All in all, the summer work program has passed through three stages. In the first stage, 1994- 1999, students worked outside their region. In the second, 2000- 2005, students were assigned to work within their region. Since students had to move to working areas, food and accommodation were fully provided by the government.

An analysis of the past campaigns showed that moving and working out of the students’ regions were not cost effective. Therefore, since 2007, students have been assigned to work in their own towns and regions. Thus, the students are now able to conduct personal activities while still doing Maetot.



Mr. Abraham Berhe, head of student summer work program, said that the program is carried out in an organized way in collaboration with the Ministries of education and Agriculture, the National Union of Eritrea Youth and Students (NUEYS) and the Commission of Culture and Sports. He also added that the student summer work program aims to boost students’ work habits so that they can do well in their future careers.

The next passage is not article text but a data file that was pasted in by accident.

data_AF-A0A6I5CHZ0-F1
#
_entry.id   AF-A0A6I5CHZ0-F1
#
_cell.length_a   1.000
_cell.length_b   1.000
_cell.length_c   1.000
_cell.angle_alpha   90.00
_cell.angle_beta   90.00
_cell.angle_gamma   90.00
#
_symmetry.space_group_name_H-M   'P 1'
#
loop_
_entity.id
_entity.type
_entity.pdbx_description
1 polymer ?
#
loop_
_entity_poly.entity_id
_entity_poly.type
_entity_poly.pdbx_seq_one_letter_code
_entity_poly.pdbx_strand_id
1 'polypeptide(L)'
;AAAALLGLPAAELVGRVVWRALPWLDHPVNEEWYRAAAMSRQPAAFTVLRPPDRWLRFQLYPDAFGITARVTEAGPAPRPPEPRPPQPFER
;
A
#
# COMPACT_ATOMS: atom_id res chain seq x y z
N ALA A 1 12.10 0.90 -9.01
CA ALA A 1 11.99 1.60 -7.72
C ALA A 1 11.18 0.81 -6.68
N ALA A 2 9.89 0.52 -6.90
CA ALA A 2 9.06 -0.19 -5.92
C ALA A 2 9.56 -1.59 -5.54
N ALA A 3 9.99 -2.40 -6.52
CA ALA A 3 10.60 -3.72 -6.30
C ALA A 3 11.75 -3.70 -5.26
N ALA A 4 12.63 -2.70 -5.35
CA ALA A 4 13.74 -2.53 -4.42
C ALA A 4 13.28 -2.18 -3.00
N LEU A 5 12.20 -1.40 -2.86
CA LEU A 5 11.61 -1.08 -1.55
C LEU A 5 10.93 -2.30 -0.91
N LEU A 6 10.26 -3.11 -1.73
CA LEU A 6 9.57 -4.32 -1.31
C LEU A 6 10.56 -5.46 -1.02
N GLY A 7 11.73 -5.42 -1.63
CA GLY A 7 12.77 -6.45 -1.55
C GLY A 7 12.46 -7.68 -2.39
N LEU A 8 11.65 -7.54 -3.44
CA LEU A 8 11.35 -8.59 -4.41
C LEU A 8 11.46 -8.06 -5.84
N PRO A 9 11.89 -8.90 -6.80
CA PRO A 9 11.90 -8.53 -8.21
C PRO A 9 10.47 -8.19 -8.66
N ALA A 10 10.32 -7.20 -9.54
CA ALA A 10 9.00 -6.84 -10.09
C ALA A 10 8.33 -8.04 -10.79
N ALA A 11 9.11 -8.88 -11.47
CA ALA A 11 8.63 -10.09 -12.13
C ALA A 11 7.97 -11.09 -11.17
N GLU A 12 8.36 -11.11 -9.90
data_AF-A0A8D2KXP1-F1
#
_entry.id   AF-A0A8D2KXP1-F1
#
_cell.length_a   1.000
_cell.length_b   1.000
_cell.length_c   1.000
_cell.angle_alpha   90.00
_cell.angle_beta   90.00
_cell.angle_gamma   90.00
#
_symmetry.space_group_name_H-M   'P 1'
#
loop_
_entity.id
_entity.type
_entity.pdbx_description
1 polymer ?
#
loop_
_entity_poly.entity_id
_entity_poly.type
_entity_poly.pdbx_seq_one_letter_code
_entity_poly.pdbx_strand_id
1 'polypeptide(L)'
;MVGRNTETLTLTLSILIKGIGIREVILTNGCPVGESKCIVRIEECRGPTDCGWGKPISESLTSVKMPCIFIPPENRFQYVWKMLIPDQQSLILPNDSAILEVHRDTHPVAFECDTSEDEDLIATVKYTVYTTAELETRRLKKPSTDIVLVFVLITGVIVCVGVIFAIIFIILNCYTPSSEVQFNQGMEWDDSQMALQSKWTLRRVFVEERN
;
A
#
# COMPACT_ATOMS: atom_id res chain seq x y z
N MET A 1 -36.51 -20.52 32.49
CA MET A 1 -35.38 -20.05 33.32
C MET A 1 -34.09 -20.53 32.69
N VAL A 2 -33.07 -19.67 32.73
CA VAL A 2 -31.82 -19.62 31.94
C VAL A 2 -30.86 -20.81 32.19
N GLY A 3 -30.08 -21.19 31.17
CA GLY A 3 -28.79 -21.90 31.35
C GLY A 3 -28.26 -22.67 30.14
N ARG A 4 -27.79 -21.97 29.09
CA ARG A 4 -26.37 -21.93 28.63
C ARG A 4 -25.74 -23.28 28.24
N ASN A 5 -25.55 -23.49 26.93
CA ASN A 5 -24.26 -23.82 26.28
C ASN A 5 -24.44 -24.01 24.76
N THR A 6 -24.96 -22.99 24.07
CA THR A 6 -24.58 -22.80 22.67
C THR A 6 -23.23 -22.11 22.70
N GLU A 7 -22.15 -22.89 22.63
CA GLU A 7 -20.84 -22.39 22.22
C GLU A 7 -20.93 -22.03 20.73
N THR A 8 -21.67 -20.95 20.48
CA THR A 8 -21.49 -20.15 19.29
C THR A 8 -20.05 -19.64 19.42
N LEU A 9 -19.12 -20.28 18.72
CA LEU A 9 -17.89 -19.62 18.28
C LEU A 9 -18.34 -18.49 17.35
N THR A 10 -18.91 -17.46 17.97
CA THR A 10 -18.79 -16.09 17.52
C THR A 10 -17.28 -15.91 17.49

Student summer work program EritreaIn 2017, the summer work program started on 4th July and successfully ended on 4th August, with around 8000 student participants.

The program largely covered the central region, in Asmara, 9 stations in Berik subzone, 9 stations in Galanefhie subzone and 10 stations in Serejeqa subzone.

Mr. Abraham further said that even though there wasn’t enough rain, a lot of work has been completed by the students in 54 stations in the span of one month. This year the main agenda of the summer work program was focusing on conservation of water and soil, including terracing and sanitation activities in hospitals and maintenance of schools.

Student summer work program EritreaAs Mr. Abraham said this year 6.9 km long all-weather road has been modified, 190 thousand holes dug, 28 thousand trees planted and 254.4 km terraces have been made.

He also added that the summer work program is conducting its activities jointly with National Union of Eritrean Women (NUEW) so as to make the program inclusive and to increase the awareness of people across the country.